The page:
I. People's Right to Existence and
Development

China is a developing country with a population of 1.2 billion and relatively poor per-capita resources. It suffered foreign invasion, exploitation and oppression for a long time. The right to exist and develop thus historically became the urgent demand of the Chinese people. Since 1991, by firmly upholding economic construction as the central task, the Chinese government has pursued the basic policy of continually improving the people's right to existence and development on the basis of economic development. Its achievements in this respect have attracted worldwide attention.

From 1991 to 1994 China's economy increased at an average annual rate of 12.2 percent, much higher than the world's average annual rate of 1.9 percent. The sustained, quick and healthy growth of China's economy has raised the level of China's overall social development and conspicuously improved the right to existence and development of the Chinese people.

The incomes of both rural and urban residents have increased steadily. The per-capita income for living expenses of urban households increased to 3,179 yuan in 1994 from 1,387 yuan in 1990; after deducting the price-rise factor the actual increase was 38.3 percent, an average annual increase rate of 8.4 percent. The per-capita income for living expenses of rural households increased to 1,221 yuan from 686, and after deducting the price-rise factor the actual increase was 18.2 percent, an average annual increase rate of 4.3 percent. The balance of deposits of rural and urban residents increased to 2,151.9 billion yuan at the end of 1994 from 703.4 billion yuan at the end of 1990, a more than three-fold increase in four years.

China's urban residents are close to living a comfortable life according to their level of consumption. The proportion of food expenses in consumption outlay (the Engel coefficient) dropped to 50.0 percent in 1994 from 54.2 percent in 1990. The proportion of meat, poultry, eggs and milk increased greatly in the food structure. The purchase of durable goods by urban residents showed an obvious increase--86 color TV sets per 100 households (an increase of 27 sets over 1990), 30 black-and-white TV sets per 100 households (22 sets less than 1990), and 62 refrigerators per 100 households (an increase of 20 refrigerators over 1990). The per-capita living area reached 7.8 square meters in urban households and 61.7 percent of the households were using gas. Clothes bought by each person in 1994 increased 2.6 times on the average over 1990.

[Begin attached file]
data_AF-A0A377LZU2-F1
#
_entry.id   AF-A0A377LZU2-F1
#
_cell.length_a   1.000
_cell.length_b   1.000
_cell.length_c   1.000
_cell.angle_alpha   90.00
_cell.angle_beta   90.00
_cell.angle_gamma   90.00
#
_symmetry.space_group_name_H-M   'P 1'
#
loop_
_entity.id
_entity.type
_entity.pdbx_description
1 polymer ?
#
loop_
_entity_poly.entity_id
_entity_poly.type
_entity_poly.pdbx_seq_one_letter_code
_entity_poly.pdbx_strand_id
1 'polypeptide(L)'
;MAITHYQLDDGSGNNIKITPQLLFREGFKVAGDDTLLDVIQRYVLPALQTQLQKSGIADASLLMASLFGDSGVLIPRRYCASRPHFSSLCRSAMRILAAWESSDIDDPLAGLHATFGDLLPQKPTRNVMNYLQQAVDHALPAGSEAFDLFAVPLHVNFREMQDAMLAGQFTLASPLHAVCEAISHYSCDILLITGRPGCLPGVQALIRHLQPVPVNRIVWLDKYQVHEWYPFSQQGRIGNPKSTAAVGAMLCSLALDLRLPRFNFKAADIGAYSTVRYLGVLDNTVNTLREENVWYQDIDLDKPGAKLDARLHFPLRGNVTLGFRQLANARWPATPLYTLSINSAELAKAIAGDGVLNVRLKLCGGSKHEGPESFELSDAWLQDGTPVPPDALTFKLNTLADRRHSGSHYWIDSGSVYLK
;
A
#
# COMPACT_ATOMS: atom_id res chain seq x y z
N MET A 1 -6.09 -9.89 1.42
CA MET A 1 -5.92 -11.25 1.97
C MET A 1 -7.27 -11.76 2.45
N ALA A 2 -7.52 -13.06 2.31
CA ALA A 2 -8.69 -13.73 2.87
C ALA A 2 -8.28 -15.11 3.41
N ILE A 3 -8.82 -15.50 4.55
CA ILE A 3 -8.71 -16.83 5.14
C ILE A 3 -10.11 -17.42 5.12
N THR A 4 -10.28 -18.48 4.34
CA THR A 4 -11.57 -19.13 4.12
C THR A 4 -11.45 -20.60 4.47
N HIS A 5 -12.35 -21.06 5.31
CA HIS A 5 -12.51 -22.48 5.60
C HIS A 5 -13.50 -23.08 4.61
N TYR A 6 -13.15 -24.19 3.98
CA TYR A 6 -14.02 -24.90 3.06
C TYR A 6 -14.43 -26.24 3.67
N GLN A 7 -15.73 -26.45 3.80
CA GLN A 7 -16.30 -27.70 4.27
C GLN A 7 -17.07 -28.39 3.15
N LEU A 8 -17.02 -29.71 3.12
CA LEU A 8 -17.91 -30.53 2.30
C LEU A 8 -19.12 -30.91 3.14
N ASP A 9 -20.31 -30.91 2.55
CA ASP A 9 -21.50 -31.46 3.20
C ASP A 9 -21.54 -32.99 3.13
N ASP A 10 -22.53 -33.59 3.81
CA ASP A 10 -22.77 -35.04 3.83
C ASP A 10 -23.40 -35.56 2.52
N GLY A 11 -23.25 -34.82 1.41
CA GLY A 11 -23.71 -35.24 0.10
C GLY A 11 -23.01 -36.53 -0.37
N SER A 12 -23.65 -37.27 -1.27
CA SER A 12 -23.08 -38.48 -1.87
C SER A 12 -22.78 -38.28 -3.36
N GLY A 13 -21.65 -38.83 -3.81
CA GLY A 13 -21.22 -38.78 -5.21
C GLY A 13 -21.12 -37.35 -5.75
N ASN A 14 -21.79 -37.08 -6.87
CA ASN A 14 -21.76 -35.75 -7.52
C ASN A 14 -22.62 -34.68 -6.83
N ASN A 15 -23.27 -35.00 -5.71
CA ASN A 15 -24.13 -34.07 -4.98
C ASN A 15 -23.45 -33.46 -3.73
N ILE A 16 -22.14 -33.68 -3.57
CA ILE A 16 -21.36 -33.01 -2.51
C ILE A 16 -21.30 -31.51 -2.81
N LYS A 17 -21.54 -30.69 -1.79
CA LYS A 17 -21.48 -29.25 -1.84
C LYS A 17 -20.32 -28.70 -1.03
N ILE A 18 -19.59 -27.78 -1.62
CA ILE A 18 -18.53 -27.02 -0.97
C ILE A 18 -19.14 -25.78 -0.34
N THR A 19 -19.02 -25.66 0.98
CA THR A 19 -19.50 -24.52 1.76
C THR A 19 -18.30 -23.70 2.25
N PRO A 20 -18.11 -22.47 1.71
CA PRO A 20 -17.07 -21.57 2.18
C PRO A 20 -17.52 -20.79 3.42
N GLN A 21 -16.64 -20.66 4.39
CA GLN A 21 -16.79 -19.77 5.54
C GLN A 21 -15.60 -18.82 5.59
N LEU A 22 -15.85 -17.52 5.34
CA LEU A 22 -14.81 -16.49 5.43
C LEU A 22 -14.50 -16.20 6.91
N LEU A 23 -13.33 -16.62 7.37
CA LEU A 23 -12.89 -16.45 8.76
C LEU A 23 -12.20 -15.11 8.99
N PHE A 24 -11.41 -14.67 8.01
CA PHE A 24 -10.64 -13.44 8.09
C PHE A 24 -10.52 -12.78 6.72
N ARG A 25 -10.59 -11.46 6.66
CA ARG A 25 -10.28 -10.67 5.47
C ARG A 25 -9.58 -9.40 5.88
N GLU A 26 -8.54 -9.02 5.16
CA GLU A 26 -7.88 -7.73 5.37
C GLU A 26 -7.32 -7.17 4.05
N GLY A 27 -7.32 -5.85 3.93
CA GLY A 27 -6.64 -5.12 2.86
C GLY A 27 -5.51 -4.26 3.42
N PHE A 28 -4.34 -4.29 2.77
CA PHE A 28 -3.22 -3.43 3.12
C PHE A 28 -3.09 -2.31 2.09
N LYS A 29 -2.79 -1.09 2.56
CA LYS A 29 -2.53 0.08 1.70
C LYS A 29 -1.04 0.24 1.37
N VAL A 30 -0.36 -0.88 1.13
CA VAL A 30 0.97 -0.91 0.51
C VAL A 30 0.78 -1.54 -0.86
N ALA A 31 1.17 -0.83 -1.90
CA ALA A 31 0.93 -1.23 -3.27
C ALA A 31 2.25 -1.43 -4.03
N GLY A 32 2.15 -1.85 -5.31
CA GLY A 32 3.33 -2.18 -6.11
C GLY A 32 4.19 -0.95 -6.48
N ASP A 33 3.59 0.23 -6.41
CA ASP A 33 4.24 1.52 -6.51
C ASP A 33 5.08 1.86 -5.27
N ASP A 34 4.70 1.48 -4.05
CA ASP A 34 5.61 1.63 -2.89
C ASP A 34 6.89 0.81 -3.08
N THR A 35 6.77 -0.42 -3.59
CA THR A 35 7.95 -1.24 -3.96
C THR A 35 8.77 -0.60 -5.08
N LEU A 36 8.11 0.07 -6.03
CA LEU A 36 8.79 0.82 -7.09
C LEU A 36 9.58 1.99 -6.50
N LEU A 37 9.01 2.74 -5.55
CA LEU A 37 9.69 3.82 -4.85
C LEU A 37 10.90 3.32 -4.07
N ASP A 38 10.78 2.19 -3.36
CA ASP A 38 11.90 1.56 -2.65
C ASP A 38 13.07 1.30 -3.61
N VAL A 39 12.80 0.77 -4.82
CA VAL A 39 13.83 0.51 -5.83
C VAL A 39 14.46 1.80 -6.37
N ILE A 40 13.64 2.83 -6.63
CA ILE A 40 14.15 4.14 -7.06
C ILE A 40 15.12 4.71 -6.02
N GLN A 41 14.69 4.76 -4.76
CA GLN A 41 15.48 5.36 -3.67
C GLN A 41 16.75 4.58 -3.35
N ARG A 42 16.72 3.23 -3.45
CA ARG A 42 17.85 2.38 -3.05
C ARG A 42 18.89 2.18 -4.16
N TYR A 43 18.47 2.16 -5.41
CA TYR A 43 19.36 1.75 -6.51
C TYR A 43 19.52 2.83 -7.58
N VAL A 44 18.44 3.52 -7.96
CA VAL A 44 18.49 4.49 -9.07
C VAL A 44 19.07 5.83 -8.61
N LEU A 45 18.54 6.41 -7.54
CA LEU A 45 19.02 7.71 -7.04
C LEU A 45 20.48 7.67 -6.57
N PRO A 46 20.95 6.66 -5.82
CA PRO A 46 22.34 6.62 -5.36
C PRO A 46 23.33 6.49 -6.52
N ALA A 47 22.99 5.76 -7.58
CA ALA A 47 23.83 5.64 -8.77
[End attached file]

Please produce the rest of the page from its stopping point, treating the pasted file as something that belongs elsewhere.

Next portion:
The majority of rural residents have enough food and clothing and their consumption patterns have tended to optimize. Food expenses dropped to 58.8 percent of the consumption expenditure (the Engel coefficient) in 1994. At the same time, the consumption of durable goods increased greatly in the countryside. The average number of TV sets was 75.3 per 100 households, tape recorders 26, and washing machines 15 in rural areas in 1994; the average per-capita living area was 20.2 square meters in the countryside.

Owing to improvement in the quality of life, the mortality rate of the Chinese people dropped to 6.49 per 1,000 in 1994 from 6.67 per 1,000 in 1990, two or more per thousand points lower than some developed Western countries.

Though China's economy has developed rapidly and the people's living standard has improved markedly, the overall level of China's economic development still has a long way to go compared with some developed Western countries. According to data issued by the World Bank on September 17, 1995, China was, in terms of wealth, the 31st from the bottom in a list of 192 countries and regions in the world. The estimated average per-capita wealth was only US$ 6,600. There is also unequal economic development between China's eastern coastal areas and its central and western areas because of natural conditions and historical reasons.